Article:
I hope the days of vision and mission statements are nearly over. They’re the paperwork of traditional management models. They’re strategic compliance, and as such, they get deliberated over at great length and then forgotten. For the most part, they’re also self-centered – all about what the organization wants to achieve for itself, all about how it intends to achieve whatever it deems important. They often don’t suit the much more open, interactive, social ways in which business is increasingly being done.
Visions and missions are words – sometimes very nice words – but that’s it. As Truman Capote once said, “that’s not writing, that’s just typing”.
A clear and vivid purpose on the other hand is much more demanding. It’s collective and individual. It stalks the organization with a conscience. It describes what a brand knows must change in the world and the role the brand sees for itself in helping to achieve that change. It explains why people come to work. It gives each person a reason to be proud. It calibrates and guides thinking. It’s impatient. It’s optimistic. It’s the benchmark against which all actions are measured.
The old benchmark: What purpose does this task/idea/approach serve?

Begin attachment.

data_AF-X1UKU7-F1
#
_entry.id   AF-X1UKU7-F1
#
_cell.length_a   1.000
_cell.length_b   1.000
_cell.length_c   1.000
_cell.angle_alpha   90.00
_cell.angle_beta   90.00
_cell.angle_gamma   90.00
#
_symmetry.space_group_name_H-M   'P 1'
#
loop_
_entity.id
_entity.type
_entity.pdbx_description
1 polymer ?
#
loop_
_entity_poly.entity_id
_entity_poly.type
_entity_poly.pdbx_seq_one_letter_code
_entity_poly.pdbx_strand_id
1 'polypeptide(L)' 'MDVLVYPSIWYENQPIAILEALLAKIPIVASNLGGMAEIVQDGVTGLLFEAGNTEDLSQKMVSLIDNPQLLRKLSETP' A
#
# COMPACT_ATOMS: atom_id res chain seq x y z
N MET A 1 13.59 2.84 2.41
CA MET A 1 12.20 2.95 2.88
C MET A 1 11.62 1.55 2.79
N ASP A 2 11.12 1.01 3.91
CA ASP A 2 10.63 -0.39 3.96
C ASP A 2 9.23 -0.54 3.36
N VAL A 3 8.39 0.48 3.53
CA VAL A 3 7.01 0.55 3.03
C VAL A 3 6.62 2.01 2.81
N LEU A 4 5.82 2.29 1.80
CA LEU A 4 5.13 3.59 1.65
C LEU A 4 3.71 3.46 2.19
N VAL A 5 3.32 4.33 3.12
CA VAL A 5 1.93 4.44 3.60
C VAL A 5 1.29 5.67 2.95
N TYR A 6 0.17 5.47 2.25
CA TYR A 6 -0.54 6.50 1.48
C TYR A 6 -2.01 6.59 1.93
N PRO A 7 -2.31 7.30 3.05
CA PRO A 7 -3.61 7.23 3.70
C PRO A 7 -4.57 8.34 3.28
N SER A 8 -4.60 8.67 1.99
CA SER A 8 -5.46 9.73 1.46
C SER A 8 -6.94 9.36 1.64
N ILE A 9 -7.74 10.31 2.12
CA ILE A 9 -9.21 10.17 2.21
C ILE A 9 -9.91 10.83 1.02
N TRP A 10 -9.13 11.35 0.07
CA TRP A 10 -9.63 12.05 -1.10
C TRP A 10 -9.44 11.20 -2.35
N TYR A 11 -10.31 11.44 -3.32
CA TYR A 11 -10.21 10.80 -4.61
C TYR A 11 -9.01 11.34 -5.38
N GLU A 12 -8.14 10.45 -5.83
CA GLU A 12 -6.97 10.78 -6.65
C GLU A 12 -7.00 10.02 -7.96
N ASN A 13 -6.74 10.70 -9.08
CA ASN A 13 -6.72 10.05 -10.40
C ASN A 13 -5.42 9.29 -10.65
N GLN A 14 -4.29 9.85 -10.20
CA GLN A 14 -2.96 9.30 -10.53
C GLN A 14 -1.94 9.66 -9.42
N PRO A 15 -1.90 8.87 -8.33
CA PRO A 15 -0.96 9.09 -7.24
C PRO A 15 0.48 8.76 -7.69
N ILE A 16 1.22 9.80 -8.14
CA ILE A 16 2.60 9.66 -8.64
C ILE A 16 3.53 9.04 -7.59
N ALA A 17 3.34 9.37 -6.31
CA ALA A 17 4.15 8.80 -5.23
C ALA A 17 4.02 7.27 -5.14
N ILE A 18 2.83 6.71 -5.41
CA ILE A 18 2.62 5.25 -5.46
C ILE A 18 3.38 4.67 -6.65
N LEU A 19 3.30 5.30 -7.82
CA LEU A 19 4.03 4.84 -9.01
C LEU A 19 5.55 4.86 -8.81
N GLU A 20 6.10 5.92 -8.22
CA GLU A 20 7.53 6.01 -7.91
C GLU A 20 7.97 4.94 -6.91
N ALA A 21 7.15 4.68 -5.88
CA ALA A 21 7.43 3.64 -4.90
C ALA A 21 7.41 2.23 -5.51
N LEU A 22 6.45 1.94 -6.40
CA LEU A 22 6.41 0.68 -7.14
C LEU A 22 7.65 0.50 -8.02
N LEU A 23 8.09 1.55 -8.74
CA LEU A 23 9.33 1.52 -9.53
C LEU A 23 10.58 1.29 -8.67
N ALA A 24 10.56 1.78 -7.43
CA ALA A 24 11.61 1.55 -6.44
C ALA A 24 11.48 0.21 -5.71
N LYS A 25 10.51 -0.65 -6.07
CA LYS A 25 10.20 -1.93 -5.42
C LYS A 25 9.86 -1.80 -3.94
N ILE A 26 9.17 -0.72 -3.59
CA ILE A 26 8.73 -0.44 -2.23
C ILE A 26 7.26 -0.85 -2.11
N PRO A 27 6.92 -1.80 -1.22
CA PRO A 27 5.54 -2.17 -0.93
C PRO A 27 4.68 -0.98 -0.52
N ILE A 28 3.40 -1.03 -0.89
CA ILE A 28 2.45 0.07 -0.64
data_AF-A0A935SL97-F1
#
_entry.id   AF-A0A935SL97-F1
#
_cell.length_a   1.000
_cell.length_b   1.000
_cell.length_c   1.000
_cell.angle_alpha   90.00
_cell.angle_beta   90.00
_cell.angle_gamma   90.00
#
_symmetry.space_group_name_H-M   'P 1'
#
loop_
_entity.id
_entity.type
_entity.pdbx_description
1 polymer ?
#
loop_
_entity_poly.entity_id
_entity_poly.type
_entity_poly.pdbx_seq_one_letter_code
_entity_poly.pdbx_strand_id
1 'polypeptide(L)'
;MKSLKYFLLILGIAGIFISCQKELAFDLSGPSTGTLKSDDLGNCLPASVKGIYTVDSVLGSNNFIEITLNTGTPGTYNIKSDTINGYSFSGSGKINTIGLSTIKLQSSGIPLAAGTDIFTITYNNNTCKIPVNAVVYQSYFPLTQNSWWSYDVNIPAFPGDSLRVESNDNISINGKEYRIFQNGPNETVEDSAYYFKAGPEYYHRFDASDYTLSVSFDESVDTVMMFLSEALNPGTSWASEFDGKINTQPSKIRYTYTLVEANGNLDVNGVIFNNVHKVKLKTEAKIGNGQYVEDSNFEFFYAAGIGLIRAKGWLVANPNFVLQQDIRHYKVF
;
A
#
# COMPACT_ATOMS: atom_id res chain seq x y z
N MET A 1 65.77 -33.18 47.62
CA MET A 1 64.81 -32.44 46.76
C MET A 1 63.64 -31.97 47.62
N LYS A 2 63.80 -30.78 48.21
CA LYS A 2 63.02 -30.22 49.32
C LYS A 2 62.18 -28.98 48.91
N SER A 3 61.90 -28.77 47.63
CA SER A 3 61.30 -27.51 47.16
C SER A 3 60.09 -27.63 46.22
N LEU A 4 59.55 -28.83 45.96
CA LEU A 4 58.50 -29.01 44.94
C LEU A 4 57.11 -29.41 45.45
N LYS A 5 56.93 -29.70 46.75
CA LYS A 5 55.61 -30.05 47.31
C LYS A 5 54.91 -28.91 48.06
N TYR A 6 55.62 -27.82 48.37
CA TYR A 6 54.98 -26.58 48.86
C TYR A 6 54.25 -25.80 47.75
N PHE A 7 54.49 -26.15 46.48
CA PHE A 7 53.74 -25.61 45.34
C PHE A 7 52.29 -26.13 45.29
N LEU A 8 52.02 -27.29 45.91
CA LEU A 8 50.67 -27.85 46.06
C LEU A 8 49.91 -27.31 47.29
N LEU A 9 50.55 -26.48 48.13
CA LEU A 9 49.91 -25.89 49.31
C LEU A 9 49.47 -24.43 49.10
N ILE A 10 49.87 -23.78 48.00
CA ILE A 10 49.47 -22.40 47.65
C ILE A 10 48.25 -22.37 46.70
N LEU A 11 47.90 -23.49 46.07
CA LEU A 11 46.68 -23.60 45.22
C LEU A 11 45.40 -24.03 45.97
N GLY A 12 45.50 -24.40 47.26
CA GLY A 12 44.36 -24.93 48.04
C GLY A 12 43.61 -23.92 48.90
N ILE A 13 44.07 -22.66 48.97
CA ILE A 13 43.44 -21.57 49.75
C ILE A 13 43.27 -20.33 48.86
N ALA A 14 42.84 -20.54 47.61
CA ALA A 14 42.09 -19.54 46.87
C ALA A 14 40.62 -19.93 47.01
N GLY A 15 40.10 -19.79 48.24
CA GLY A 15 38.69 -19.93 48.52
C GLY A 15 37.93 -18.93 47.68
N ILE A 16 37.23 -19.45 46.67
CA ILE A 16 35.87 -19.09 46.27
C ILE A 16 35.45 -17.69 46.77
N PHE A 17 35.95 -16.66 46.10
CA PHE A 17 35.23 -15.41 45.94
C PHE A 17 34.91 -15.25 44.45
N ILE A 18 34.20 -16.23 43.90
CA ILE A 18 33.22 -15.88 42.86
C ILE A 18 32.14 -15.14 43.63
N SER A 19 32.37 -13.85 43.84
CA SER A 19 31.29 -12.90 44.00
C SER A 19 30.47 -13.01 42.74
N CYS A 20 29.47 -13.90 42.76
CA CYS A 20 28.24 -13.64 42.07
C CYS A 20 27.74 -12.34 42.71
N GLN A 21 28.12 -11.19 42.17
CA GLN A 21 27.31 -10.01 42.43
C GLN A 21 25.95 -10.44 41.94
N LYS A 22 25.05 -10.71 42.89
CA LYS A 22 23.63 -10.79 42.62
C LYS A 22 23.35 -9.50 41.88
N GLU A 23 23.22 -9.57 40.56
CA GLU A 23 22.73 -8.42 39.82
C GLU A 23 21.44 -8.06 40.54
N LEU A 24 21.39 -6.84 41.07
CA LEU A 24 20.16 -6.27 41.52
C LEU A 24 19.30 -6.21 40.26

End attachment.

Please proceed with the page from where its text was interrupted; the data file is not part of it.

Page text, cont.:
The new benchmark: How does this task/idea/approach serve our purpose?
In actual fact, a purpose is a company’s mindset strategy. It determines the headspace in which people come to work and in which a company goes to market and competes. A wonderful purpose lays out an extraordinary intention that separates that brand from other brands around it.
Get your purpose right – and you have a cause that is powerful enough for people to leap out of bed every weekday morning and get to work. They are quite literally looking to make a change to the world they believe in because, as Hugh MacLeod expressed it so perfectly, “Life is too short not to do something that matters”.
This morning – what on earth did you come to work to change? The answer to that should never, ever just be filed.
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